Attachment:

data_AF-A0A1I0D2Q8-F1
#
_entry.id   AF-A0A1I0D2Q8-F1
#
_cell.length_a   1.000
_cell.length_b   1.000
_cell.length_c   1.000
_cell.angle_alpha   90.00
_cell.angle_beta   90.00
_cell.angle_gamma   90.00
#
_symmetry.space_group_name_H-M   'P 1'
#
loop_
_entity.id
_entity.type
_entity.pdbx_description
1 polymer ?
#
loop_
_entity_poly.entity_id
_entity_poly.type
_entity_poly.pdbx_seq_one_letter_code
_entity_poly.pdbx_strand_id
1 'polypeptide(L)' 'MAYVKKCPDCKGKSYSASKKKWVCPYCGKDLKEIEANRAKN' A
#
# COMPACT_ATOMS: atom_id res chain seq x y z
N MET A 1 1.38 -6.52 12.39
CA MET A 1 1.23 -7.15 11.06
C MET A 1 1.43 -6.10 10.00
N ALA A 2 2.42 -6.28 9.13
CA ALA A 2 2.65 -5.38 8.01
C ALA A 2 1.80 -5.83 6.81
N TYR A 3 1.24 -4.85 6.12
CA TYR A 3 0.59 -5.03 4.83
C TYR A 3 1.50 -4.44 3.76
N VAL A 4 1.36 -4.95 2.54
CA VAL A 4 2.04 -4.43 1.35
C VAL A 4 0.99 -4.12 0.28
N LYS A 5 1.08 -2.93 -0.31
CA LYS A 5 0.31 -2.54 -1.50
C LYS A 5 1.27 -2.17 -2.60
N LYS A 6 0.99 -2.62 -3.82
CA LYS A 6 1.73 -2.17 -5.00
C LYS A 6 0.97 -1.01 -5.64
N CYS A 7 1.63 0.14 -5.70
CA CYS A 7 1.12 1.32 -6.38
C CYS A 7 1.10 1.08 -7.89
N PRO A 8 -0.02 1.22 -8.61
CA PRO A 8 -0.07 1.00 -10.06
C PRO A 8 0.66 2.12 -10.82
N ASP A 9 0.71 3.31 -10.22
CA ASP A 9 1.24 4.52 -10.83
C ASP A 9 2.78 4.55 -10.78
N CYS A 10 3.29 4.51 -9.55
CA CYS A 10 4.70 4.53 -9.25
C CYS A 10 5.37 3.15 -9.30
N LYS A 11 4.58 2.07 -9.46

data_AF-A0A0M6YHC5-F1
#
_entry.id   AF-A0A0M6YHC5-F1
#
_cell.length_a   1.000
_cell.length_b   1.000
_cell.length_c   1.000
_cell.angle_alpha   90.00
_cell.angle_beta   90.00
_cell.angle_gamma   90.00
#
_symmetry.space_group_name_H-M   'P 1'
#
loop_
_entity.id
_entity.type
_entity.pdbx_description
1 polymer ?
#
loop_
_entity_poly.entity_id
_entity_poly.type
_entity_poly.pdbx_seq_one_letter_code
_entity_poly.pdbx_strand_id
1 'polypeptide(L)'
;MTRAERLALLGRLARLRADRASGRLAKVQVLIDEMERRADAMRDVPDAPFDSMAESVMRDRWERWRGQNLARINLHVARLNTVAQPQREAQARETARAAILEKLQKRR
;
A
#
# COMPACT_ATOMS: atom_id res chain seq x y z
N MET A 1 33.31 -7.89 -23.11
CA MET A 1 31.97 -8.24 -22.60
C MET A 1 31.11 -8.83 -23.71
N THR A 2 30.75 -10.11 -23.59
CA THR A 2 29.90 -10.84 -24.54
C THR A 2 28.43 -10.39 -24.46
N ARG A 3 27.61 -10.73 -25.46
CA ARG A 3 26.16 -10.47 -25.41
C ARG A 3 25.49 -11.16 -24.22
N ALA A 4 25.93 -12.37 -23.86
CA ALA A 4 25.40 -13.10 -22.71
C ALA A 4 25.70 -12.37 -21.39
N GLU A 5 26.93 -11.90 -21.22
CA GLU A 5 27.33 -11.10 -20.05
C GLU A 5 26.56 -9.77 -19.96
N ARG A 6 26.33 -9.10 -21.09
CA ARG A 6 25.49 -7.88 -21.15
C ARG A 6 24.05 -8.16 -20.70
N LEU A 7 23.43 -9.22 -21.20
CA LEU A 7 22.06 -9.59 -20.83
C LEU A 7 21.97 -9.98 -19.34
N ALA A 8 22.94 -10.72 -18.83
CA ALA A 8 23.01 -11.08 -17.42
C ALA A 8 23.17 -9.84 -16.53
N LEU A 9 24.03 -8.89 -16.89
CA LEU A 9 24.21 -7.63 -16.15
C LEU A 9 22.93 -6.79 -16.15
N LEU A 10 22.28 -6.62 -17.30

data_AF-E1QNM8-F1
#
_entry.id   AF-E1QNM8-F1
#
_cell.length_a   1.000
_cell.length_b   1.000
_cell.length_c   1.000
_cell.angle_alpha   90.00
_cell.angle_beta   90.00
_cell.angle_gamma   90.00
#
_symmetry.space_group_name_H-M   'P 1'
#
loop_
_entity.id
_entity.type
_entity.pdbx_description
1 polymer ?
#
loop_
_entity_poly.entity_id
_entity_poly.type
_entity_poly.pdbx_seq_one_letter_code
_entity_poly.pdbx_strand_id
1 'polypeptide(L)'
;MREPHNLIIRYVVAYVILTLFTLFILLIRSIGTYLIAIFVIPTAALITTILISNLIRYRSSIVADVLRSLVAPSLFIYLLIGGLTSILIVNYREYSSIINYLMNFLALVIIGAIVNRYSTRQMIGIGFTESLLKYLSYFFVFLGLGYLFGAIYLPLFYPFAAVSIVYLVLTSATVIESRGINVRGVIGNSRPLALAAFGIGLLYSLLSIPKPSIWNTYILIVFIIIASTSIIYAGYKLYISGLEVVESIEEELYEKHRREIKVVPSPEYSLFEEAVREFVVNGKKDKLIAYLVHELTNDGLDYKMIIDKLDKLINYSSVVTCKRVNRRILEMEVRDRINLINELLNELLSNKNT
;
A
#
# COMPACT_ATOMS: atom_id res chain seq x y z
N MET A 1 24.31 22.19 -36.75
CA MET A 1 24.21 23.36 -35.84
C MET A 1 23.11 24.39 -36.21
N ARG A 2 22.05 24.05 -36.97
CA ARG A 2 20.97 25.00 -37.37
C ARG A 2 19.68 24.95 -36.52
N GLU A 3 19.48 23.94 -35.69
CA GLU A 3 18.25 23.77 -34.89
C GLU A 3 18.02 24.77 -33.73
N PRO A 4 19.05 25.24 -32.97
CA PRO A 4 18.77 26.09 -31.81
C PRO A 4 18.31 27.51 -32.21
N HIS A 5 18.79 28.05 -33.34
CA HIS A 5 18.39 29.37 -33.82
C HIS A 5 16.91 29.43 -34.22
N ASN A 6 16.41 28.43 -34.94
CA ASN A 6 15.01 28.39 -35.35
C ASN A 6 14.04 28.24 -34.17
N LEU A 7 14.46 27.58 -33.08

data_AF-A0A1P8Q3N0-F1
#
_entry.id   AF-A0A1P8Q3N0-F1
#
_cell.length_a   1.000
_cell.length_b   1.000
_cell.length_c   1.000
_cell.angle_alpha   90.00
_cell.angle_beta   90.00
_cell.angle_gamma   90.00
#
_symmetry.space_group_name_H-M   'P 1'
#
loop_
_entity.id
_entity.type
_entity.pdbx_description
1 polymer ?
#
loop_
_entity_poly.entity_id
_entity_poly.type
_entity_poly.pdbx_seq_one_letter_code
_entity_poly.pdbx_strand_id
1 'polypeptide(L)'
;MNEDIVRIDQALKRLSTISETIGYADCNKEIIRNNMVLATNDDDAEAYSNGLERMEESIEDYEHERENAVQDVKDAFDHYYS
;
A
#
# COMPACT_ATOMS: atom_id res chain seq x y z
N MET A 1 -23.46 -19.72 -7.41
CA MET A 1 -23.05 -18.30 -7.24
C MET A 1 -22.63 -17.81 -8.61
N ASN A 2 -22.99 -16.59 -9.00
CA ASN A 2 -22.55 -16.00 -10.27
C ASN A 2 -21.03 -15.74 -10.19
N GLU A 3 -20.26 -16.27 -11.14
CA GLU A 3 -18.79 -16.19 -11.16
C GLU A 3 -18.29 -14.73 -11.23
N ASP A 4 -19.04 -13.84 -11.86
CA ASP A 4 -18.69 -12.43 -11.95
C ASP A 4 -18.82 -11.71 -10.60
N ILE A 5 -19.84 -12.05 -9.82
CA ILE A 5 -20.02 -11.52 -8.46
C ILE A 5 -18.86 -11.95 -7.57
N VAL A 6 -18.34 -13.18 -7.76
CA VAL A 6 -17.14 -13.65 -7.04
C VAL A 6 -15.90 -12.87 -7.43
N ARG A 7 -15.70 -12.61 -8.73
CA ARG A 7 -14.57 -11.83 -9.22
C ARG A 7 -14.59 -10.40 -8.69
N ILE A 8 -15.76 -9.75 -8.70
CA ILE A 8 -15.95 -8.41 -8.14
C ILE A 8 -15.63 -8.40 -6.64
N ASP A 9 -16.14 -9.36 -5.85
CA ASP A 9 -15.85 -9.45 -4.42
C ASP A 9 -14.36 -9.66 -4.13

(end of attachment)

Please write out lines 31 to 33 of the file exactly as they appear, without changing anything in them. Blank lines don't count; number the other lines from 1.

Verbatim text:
N ALA A 2 2.42 -6.28 9.13
CA ALA A 2 2.65 -5.38 8.01
C ALA A 2 1.80 -5.83 6.81